So. Yes. You guessed it, you are standing in another line. Wait your turn.

But before you go, remember: You have to have your picture taken for your new license. So, haul out your cutest ensemble so you look appropriately smashing for the occasion.

Tell the staff person you’ve changed your name and want to update your license (or learner’s permit or non-driver ID card). Present all your information. The staff will look it over, take a new photo of you, and submit your request. Then they will return your court ordered name change document to you.

However, you will have to surrender your current driver’s license to the staff, and in its place you will receive a temporary paper driver’s license. Your new license or ID will be mailed to you. (All of this information is available at

NOTE: Surrendering your license can make it difficult to do things that require a photo ID, like being carded to buy alcohol or travel on a plane. Keep this in mind and plan accordingly!

If you own a vehicle — car, motorcycle, spaceship — you will also need to change your name on your vehicle registration and title. To change your name on a registration document and a title certificate, you must bring the registration document and the title certificate that display your previous name. Requirements for Vehicle Registrations and Title Certificates can be found at:

You may decide to change your name and your gender marker with the DMV at the same time, or you may decide to do them at different visits depending on your circumstances.


You will need to complete form MV-44 (Application for Driver License or Non-Driver ID Card). You can find this form online or at the DMV office.

Then bring the form MV-44, your current New York State license or non-driver’s ID card, and “proof of the sex change” to a DMV office in person.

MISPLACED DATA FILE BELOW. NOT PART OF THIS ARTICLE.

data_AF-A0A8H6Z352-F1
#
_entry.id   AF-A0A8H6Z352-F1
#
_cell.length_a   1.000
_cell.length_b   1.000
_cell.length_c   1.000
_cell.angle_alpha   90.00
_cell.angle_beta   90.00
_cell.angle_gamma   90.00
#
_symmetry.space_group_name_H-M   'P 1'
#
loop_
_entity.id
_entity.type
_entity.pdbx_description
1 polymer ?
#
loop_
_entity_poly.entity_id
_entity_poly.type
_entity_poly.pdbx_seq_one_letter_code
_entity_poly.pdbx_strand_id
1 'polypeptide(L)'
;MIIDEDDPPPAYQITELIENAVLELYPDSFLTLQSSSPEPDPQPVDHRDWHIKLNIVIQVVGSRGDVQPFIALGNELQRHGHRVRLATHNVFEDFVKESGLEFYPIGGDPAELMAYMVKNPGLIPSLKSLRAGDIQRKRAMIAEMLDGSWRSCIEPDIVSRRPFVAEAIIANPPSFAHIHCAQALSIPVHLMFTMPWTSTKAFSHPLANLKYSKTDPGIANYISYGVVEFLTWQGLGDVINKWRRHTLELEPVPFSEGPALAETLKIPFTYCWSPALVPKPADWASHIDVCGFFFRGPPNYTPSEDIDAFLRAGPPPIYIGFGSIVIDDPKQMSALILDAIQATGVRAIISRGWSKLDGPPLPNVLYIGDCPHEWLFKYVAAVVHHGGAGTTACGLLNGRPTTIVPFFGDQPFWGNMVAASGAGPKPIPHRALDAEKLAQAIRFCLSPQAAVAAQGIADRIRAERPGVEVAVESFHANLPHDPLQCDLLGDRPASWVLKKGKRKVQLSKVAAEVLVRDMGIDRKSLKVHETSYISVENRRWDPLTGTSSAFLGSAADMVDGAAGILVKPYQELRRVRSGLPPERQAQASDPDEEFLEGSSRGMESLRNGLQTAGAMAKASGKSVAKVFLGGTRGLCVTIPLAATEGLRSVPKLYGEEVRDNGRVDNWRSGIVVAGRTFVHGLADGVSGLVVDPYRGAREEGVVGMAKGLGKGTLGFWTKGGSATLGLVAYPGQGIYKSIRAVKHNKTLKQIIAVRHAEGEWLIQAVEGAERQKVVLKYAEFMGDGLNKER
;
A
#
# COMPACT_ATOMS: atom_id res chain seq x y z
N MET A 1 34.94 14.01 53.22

“Proof of a sex change” for the DMV is a written statement from a physician,

a psychologist, or a psychiatrist that is printed on letterhead. (See an example online at PPSFL.ORG/transgender). You should ask your physician to use this letter and not give additional personal health information that is not required. The statement must certify your gender — the new one you’re trying to adjust your documents to match, male or female. (Yes, ye olde binary. New York State still says your gender must be one or the other on your license.)

There is a fee of $12.50 to make this change. The DMV office will issue you a temporary paper document that does not have a photo, and will not give your old license back to you. (This may make it difficult to travel by plane or buy alcohol or do any activity where an individual would be carded or needs a photo ID, plan accordingly.)

Your new license will arrive by mail. For more information, please go to: documents

You can also refer to a state by state guide about driver’s license gender marker change from The National Center for Transgender Equality:
Judge Tells Trans Man To 'Pick A Name I Can Live With'